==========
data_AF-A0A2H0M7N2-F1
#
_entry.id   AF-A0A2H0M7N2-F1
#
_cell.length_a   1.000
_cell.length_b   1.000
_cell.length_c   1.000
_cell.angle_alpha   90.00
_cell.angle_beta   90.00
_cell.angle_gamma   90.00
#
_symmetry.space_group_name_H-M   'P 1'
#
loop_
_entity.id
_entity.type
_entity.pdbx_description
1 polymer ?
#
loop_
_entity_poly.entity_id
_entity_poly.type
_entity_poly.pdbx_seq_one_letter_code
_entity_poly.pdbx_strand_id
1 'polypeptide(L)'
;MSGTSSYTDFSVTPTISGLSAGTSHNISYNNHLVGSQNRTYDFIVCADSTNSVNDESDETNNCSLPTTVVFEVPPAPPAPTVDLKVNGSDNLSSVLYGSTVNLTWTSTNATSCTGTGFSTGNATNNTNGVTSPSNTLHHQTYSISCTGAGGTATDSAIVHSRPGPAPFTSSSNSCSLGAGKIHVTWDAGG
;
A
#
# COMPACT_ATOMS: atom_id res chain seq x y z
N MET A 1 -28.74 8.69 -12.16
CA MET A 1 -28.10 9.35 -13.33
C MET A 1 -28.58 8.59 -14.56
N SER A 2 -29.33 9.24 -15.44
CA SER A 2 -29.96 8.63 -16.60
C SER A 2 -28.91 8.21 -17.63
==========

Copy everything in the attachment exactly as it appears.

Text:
data_AF-A0A2H0M7N2-F1
#
_entry.id   AF-A0A2H0M7N2-F1
#
_cell.length_a   1.000
_cell.length_b   1.000
_cell.length_c   1.000
_cell.angle_alpha   90.00
_cell.angle_beta   90.00
_cell.angle_gamma   90.00
#
_symmetry.space_group_name_H-M   'P 1'
#
loop_
_entity.id
_entity.type
_entity.pdbx_description
1 polymer ?
#
loop_
_entity_poly.entity_id
_entity_poly.type
_entity_poly.pdbx_seq_one_letter_code
_entity_poly.pdbx_strand_id
1 'polypeptide(L)'
;MSGTSSYTDFSVTPTISGLSAGTSHNISYNNHLVGSQNRTYDFIVCADSTNSVNDESDETNNCSLPTTVVFEVPPAPPAPTVDLKVNGSDNLSSVLYGSTVNLTWTSTNATSCTGTGFSTGNATNNTNGVTSPSNTLHHQTYSISCTGAGGTATDSAIVHSRPGPAPFTSSSNSCSLGAGKIHVTWDAGG
;
A
#
# COMPACT_ATOMS: atom_id res chain seq x y z
N MET A 1 -28.74 8.69 -12.16
CA MET A 1 -28.10 9.35 -13.33
C MET A 1 -28.58 8.59 -14.56
N SER A 2 -29.33 9.24 -15.44
CA SER A 2 -29.96 8.63 -16.60
C SER A 2 -28.91 8.21 -17.63